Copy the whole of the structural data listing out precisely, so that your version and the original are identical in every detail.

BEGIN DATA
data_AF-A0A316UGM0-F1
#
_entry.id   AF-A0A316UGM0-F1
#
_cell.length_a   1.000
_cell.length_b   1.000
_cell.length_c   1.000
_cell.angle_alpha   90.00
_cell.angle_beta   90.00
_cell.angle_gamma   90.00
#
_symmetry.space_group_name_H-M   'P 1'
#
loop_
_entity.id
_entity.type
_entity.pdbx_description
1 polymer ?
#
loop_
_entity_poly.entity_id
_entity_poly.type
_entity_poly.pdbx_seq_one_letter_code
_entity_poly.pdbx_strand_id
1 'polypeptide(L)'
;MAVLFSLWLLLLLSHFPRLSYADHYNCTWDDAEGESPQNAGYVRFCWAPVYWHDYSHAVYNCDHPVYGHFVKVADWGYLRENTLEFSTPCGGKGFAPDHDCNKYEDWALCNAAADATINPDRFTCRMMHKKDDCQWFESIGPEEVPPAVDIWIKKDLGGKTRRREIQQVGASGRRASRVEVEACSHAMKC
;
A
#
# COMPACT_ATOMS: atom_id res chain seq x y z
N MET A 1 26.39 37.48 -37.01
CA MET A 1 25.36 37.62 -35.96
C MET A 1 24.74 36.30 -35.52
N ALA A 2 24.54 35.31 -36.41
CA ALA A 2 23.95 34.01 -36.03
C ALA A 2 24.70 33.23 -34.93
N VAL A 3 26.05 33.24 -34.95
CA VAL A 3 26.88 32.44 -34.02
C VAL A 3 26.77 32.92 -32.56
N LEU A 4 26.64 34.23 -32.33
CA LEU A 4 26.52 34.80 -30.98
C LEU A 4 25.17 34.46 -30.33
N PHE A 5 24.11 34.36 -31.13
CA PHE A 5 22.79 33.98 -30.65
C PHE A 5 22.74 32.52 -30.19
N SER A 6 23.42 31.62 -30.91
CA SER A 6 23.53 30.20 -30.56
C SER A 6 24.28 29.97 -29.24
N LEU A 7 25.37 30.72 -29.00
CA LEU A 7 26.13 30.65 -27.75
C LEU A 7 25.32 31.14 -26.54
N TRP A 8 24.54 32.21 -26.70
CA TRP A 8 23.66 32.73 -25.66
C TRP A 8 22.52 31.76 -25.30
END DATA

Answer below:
data_AF-A0A316UGM0-F1
#
_entry.id   AF-A0A316UGM0-F1
#
_cell.length_a   1.000
_cell.length_b   1.000
_cell.length_c   1.000
_cell.angle_alpha   90.00
_cell.angle_beta   90.00
_cell.angle_gamma   90.00
#
_symmetry.space_group_name_H-M   'P 1'
#
loop_
_entity.id
_entity.type
_entity.pdbx_description
1 polymer ?
#
loop_
_entity_poly.entity_id
_entity_poly.type
_entity_poly.pdbx_seq_one_letter_code
_entity_poly.pdbx_strand_id
1 'polypeptide(L)'
;MAVLFSLWLLLLLSHFPRLSYADHYNCTWDDAEGESPQNAGYVRFCWAPVYWHDYSHAVYNCDHPVYGHFVKVADWGYLRENTLEFSTPCGGKGFAPDHDCNKYEDWALCNAAADATINPDRFTCRMMHKKDDCQWFESIGPEEVPPAVDIWIKKDLGGKTRRREIQQVGASGRRASRVEVEACSHAMKC
;
A
#
# COMPACT_ATOMS: atom_id res chain seq x y z
N MET A 1 26.39 37.48 -37.01
CA MET A 1 25.36 37.62 -35.96
C MET A 1 24.74 36.30 -35.52
N ALA A 2 24.54 35.31 -36.41
CA ALA A 2 23.95 34.01 -36.03
C ALA A 2 24.70 33.23 -34.93
N VAL A 3 26.05 33.24 -34.95
CA VAL A 3 26.88 32.44 -34.02
C VAL A 3 26.77 32.92 -32.56
N LEU A 4 26.64 34.23 -32.33
CA LEU A 4 26.52 34.80 -30.98
C LEU A 4 25.17 34.46 -30.33
N PHE A 5 24.11 34.36 -31.13
CA PHE A 5 22.79 33.98 -30.65
C PHE A 5 22.74 32.52 -30.19
N SER A 6 23.42 31.62 -30.91
CA SER A 6 23.53 30.20 -30.56
C SER A 6 24.28 29.97 -29.24
N LEU A 7 25.37 30.72 -29.00
CA LEU A 7 26.13 30.65 -27.75
C LEU A 7 25.32 31.14 -26.54
N TRP A 8 24.54 32.21 -26.70
CA TRP A 8 23.66 32.73 -25.66
C TRP A 8 22.52 31.76 -25.30